I guess I’m a private person. I like to control the flow of information about me so that people don’t know more than I think they ought to know. I wouldn’t want for an opinion of me to be changed in a way I’m not comfortable with, then for that to spread to my other friends. Chalk it up to trust and insecurity issues; I probably instilled them in myself. Heck, ask that same friend and he’ll tell you that my blabbermouth drowned one of his closest relationships and endangered another. So that I don’t trust others not to blab as I have isn’t that mind-blowing, I suppose.

 

But that’s really a lesser concern. I can get over that easily enough. How does it go… “Those who mind don’t matter and those who matter don’t mind.” Yeeeeep, don’t worry, I know my friends aren’t so easily swayed by an unsavory piece of information or two. The real challenge, though, is in figuring out what in the world people even share about that bonds them to others. And how the heck do these things come up in conversation?? I imagine that the “deep” stuff is generally more somber, and you can’t exactly whip that out in the middle of a conversation: “So I was playing with my cat the other day-” “You know, I used to have real issues, growing up. Damn that was a tough time.” HUH??!

Don’t even get me started on the feelings about someone that you’re supposed to share with them. If it’s a good feeling, I get self-conscious of sounding sappy. If it’s a bad one, there’s literally NEVER a good time! Can’t downer a good mood, or worsen a bad one, and it’s just weird to bring it up out of the blue in a quiet setting. It’s awkward no matter how it goes!

 

Maybe I’m just an awkward-phobe (awkwaphobe?) and avoid all instances of awkwardness that I can conceive of. Unfortunately, that usually ends up in long-term awkwardness at the forced unawkwardness. Awkward.

 

In my first step toward unawkward-deep-thought-sharing, I feel that my feelings about these unexpressed feelings should pacify themselves over time, just so long as I trust my friends to be a safe place for me to express anything I’d like, and accept the awkward turtle as my friend who will help me towards more closely-bonded friendships.

 

There. I did it.

 

(awkward silence)

The simple things

I know I’m not supposed to take things for granted. It’s terrible, yeah yeah, I’ve heard it. But seriously, it feels like yes, I can expect water to come out from the faucet when I turn it on. And that I have class on Monday mornings at the earliest time possible. (Some things that are a given aren’t as nice or essential as others. Dang.) When I applied for the University of Washington, I was confident that I would get in. So when the “big envelope” came (it was actually just a really stuffed regular-size envelope. How disappointing.), there was no confetti or big congratulatory party. It was just a given. As I’m nearing the end of my time as an undergrad however, I’m coming away with an appreciation for having such a strong, research-oriented university so close to home. The UW has given me a city-life close to my suburb home, and teachers who are truly proficient in their subject and use the textbook they wrote because it’s THE textbook to use, not for a shameless plug. I’ve also had the opportunity to run my own research experiment, and stay close to all of my high school friends. That’s rare. And having my close friends right there– that’s special. My closest friends in college were friends from high school, or even middle school. Definitely, being at such a large university expanded my network and I met tons of new people, but having a core of friends to fall back on, with whom I can dance silly to Dance Central, or talk about our insecurities and challenges with is necessary part of staying sane—I rely on having them. So to have that social support built right into my school, where I can grab coffee and chat in between classes makes me feel quite lucky. In hindsight, I’m so very glad I picked the “obvious-in” school.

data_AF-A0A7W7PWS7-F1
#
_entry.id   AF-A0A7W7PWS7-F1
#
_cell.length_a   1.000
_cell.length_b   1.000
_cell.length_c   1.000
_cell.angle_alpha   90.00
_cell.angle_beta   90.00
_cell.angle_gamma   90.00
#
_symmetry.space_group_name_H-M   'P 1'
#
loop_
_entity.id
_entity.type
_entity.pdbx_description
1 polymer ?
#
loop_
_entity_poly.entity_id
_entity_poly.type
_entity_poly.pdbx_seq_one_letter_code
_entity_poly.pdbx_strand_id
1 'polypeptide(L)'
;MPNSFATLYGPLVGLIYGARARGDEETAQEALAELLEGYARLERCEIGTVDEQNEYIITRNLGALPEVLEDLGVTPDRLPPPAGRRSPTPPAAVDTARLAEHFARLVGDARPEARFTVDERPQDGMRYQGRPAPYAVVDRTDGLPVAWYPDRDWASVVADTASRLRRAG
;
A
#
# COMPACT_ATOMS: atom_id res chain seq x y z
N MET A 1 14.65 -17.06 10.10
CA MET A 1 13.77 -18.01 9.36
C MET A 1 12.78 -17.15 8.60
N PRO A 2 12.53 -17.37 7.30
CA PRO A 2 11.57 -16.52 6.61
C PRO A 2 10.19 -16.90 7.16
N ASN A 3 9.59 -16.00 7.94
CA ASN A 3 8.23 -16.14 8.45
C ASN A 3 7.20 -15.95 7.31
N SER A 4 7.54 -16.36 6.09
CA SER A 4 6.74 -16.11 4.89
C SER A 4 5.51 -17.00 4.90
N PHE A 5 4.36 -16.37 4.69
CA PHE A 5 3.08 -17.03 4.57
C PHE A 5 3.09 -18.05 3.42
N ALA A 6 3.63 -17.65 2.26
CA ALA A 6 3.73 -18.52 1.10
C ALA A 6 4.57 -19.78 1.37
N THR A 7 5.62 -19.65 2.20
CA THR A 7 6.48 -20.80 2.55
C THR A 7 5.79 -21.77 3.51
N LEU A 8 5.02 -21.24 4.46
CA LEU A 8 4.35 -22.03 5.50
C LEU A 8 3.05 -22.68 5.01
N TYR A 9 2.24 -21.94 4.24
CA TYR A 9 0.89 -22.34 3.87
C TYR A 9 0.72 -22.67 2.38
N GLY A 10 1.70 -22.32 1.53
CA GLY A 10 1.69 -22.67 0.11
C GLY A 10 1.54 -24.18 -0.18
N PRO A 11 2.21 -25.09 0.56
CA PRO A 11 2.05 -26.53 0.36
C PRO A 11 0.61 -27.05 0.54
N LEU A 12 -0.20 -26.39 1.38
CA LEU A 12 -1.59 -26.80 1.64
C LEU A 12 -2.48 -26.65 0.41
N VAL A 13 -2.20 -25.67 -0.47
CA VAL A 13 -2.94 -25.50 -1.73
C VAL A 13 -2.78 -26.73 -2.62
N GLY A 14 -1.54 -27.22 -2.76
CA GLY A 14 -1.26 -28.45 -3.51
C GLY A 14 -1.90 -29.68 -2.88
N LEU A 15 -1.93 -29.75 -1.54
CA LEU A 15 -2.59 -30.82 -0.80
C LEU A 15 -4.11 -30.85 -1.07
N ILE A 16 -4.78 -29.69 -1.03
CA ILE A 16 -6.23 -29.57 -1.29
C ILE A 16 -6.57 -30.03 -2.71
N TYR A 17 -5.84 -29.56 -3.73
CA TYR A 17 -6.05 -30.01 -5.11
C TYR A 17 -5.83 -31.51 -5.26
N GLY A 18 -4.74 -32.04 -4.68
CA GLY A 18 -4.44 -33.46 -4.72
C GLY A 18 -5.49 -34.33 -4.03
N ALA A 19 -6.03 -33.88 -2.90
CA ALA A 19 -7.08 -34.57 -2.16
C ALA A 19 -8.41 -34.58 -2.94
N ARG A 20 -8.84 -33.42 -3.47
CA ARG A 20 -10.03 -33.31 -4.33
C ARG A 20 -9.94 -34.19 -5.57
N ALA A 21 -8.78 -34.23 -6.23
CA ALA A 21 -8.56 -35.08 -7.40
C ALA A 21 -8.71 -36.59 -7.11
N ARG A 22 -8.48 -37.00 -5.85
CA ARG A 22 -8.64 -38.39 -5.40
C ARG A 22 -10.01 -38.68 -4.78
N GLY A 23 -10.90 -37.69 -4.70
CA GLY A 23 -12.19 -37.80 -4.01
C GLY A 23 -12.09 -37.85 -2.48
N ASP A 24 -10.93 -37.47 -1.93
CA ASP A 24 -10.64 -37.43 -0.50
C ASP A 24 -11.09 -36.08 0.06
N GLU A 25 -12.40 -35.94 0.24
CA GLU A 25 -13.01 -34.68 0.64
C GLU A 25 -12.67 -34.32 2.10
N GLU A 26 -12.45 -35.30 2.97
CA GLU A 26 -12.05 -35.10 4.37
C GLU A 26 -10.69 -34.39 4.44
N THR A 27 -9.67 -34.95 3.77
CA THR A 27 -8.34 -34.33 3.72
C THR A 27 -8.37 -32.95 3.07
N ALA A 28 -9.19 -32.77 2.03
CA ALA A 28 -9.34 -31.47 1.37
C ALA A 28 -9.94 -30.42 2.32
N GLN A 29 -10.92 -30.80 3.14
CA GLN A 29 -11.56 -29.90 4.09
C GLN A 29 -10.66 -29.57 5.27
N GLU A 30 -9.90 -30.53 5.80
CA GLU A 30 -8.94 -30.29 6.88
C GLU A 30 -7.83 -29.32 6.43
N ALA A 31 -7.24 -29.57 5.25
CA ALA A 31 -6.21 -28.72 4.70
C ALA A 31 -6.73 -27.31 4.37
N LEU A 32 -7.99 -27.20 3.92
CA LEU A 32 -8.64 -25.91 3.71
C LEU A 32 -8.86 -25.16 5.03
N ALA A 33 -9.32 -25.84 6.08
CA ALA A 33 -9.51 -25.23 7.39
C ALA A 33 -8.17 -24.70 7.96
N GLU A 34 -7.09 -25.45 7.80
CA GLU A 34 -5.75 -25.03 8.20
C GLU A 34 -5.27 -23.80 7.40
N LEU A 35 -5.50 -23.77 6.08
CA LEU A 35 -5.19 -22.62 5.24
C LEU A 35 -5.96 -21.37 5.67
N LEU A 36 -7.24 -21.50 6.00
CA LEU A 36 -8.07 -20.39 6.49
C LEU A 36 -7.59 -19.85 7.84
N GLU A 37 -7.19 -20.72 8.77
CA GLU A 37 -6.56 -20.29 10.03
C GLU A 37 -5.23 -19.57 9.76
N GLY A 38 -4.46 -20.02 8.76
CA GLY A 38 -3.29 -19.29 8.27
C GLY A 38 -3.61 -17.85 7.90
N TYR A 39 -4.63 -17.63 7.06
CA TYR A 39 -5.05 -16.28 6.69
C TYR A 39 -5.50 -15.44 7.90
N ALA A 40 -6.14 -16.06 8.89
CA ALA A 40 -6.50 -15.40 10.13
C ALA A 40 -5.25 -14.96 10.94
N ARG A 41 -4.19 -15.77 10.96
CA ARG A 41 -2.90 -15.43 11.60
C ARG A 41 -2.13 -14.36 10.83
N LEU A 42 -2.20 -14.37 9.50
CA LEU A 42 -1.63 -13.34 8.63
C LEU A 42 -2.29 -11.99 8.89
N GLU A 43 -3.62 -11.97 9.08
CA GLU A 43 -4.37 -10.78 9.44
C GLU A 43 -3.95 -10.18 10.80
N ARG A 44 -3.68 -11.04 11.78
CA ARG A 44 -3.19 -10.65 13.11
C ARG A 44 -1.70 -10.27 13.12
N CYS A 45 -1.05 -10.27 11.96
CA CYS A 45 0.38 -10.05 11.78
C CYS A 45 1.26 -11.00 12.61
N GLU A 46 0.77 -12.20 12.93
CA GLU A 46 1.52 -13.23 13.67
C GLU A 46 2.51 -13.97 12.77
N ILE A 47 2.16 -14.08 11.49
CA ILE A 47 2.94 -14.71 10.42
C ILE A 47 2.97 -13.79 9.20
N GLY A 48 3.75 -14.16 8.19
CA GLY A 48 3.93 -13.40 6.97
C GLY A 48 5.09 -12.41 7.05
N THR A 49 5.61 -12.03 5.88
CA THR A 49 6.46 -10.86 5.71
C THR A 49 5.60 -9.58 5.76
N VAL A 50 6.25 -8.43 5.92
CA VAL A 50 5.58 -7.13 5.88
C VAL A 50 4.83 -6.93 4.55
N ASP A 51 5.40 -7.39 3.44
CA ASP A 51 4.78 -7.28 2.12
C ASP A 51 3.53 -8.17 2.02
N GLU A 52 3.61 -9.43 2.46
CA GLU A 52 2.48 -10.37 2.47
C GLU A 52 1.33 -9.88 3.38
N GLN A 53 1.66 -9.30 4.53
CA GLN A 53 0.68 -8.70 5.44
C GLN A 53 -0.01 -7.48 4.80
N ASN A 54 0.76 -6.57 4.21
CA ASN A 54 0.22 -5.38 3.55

I love Seattle’s high-rises. You can even see Mt.Rainier in the background!


Once I graduate from UW, I don’t know what I want to do. I may decide to stick around, or to move to a new city—Boston has been looking really nice lately. I do enjoy Seattle, though. I went up the Space Needle again for the first time in a while with a friend from Portland. While she ooh-ed and ahhh-ed over the mountains and the water, I pointed out the little neighborhoods, and the places I’ve connected to throughout the city over the past four years. That Seattle has come to feel more like home is also something that UW has given me. Seattle is beautiful. The view from the top of the Space Needle is spectacular—especially on the fabulously clear day we went on. Personally, my favorite view has been from a car, late at night or at dusk, driving south down I-5, with the downtown ascending skyline lit up and sparkly against a rouge background. If only I could get a panorama of that view. Such a simple thing. Thousands of people drive down I-5 at night. I hope they realize that such a mundane route home can be so beautiful.

I’m sorry I can’t show you a picture of what I see. I suppose it adds to its ephemeral beauty. It’s always the things that are ending that we appreciate the most. Luckily for me though, the sun will set again, and my college friends are still with me.


I made a lattice pumpkin pie to share with my friends at our first Friendsgiving yesterday night. You’ll have to excuse the blotchy egg wash on the lattice. I didn’t realize until afterwards that it’s not a good idea to try and brush egg wash on after the lattice was already made on the pie.

I was actually going to show you these candy corn cookies that I made for some friends for Halloween, but it seemed like the wrong holiday to be posting for. Whatever, I’m showing it anyway. I think they’re kind of cute.


I also forgot that the orange layer usually goes in the middle… oops

Candy Corn, all lined up, ready to bake! D’awwwwww